Stretching across the East River from Manhattan’s Chinatown to DUMBO in Brooklyn, this bridge has a signature European-style arch and colonnade at its Manhattan entrance.
The magnificent steel-grid architecture of this bridge, which connects northern Manhattan to Fort Lee, New Jersey, opened in 1931. It remains one of the busiest bridges anywhere.
A popular pilgrimage point, the Brooklyn Bridge is one of the most recognizable bridges in the world. Finished in 1883, it provides marvelous sightseeing, romantic jaunts and cinematic bike rides.
With arches that perpetually loom in the distance like the masts of a sea-faring ship, the 4,260-foot Verrazano-Narrows Bridge is the longest suspension bridge in America.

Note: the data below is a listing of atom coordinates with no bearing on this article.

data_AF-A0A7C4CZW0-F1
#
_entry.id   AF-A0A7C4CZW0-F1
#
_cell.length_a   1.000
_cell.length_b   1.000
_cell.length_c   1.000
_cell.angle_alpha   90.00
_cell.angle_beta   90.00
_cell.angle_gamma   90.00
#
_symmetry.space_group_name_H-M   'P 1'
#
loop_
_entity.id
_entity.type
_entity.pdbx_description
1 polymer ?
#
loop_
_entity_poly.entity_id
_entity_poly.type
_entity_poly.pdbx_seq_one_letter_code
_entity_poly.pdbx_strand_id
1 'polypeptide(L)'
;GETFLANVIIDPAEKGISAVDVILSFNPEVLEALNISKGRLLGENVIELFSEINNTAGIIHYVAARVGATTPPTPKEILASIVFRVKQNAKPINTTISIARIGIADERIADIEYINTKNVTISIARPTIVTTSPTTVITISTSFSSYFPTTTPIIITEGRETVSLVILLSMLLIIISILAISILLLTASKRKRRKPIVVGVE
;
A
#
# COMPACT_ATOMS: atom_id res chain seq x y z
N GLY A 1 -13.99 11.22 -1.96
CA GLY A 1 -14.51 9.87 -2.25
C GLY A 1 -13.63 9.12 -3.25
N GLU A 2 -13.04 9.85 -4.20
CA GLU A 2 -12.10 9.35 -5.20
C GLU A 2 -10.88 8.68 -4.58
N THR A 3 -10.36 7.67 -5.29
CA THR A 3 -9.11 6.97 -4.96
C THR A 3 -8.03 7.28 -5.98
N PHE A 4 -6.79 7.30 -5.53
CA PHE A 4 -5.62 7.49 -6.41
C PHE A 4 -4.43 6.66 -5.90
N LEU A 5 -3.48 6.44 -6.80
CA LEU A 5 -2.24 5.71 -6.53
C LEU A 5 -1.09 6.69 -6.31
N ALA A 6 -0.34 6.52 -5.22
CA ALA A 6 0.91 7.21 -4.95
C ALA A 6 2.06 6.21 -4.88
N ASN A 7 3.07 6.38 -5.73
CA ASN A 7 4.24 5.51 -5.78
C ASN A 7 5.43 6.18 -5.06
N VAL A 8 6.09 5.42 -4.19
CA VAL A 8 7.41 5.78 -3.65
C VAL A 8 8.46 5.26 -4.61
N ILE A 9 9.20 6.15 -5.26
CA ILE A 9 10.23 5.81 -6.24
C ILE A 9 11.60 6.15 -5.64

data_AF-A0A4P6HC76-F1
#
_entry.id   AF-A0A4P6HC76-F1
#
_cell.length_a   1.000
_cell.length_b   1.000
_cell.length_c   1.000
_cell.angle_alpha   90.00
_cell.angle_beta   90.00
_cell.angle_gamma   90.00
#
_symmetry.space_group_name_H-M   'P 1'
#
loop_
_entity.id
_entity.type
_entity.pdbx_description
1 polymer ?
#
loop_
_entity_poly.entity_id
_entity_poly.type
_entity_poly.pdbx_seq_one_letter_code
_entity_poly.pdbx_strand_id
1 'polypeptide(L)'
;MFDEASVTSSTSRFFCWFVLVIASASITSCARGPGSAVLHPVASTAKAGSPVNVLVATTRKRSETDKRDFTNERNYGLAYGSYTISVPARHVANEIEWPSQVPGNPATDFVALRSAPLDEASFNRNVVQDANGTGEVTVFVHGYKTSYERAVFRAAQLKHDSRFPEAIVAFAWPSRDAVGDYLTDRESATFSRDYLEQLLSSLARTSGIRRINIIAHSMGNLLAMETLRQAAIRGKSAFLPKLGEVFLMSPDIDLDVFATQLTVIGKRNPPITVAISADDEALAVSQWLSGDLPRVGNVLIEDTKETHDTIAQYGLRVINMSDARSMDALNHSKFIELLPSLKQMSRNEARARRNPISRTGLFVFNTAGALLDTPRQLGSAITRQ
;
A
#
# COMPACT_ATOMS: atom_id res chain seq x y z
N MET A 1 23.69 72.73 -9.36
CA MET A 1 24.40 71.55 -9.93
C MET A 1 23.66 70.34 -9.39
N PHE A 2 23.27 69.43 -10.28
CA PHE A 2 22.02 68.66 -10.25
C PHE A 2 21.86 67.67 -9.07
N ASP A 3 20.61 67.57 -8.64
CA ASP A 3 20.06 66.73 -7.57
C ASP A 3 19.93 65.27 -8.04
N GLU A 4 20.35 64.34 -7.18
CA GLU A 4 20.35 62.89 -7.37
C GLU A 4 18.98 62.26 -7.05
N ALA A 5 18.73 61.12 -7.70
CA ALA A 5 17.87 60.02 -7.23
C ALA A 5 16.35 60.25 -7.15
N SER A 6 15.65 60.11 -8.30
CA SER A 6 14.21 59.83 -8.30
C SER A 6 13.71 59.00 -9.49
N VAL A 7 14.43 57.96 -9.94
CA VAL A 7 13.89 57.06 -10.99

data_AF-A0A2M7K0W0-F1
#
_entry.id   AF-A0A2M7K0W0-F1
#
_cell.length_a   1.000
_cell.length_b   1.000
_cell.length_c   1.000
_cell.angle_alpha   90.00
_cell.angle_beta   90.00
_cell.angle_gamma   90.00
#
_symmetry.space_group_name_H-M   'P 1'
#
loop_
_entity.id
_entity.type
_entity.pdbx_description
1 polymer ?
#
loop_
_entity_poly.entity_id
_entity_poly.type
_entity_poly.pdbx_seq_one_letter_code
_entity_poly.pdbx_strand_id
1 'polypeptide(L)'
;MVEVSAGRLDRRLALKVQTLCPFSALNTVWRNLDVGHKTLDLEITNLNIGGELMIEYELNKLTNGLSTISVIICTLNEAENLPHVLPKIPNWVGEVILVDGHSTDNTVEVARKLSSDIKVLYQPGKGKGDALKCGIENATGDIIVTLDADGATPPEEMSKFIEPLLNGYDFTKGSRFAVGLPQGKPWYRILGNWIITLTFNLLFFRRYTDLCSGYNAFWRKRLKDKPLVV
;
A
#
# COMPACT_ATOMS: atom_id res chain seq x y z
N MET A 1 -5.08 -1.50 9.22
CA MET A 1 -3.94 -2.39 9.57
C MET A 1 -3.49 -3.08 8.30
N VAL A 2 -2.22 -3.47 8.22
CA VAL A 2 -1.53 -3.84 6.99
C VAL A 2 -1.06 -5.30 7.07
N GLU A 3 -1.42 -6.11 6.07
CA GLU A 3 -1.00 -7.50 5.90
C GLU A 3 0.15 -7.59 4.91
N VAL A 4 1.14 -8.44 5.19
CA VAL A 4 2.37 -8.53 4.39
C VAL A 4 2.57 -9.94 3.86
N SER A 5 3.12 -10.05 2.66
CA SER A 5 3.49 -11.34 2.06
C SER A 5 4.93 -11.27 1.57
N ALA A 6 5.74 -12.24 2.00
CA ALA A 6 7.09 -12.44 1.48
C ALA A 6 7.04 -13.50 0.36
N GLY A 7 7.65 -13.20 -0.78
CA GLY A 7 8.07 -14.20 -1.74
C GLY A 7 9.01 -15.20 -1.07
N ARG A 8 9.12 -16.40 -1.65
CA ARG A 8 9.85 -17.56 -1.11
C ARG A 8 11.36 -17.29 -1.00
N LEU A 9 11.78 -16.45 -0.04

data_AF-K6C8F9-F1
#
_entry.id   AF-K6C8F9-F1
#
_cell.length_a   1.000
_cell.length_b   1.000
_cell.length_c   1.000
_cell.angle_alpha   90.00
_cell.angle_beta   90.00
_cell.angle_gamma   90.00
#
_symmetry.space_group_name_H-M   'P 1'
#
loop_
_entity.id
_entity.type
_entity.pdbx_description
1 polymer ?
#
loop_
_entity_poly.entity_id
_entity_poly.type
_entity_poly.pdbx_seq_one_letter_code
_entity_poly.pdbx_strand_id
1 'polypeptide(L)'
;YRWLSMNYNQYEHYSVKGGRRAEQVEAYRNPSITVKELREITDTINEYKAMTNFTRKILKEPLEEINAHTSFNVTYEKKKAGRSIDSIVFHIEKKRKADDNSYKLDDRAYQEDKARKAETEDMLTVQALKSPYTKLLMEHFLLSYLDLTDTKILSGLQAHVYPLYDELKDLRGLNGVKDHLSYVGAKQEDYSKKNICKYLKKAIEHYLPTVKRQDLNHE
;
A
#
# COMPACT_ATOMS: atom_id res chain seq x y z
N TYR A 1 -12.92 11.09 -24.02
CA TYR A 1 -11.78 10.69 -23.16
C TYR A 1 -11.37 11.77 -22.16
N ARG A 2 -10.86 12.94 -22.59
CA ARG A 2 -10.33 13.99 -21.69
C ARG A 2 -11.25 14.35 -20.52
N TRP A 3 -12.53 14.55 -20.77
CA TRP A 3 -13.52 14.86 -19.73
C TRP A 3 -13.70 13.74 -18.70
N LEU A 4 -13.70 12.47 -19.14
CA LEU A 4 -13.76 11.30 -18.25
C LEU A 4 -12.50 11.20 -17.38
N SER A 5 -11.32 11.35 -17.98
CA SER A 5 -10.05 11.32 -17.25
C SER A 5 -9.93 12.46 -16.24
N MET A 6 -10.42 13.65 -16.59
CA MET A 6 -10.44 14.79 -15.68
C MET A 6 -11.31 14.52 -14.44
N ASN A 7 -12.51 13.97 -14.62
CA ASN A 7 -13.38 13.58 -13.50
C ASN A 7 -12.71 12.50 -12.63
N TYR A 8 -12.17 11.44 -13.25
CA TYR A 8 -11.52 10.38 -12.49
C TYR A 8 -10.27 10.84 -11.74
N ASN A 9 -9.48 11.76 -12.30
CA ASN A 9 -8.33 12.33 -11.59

The Ed Koch Queensboro Bridge, aka the 59th Street Bridge, joins Manhattan and Queens. Riding across it one morning, Paul Simon found inspiration for Simon & Garfunkel’s “The 59th Street Bridge Song (Feelin’ Groovy).”
Construction on the Williamsburg Bridge began in 1896, when Manhattan and Brooklyn were still separate cities, and eventually facilitated the flow of immigrants moving between boroughs.
New York City is surrounded by water, so it’s no surprise that bridges have played an integral role in City life since the early days. Many of NYC’s 2,000-odd spans are renowned for their engineering and beauty. This gallery explores a few of the most famous, but nothing beats seeing them for yourself.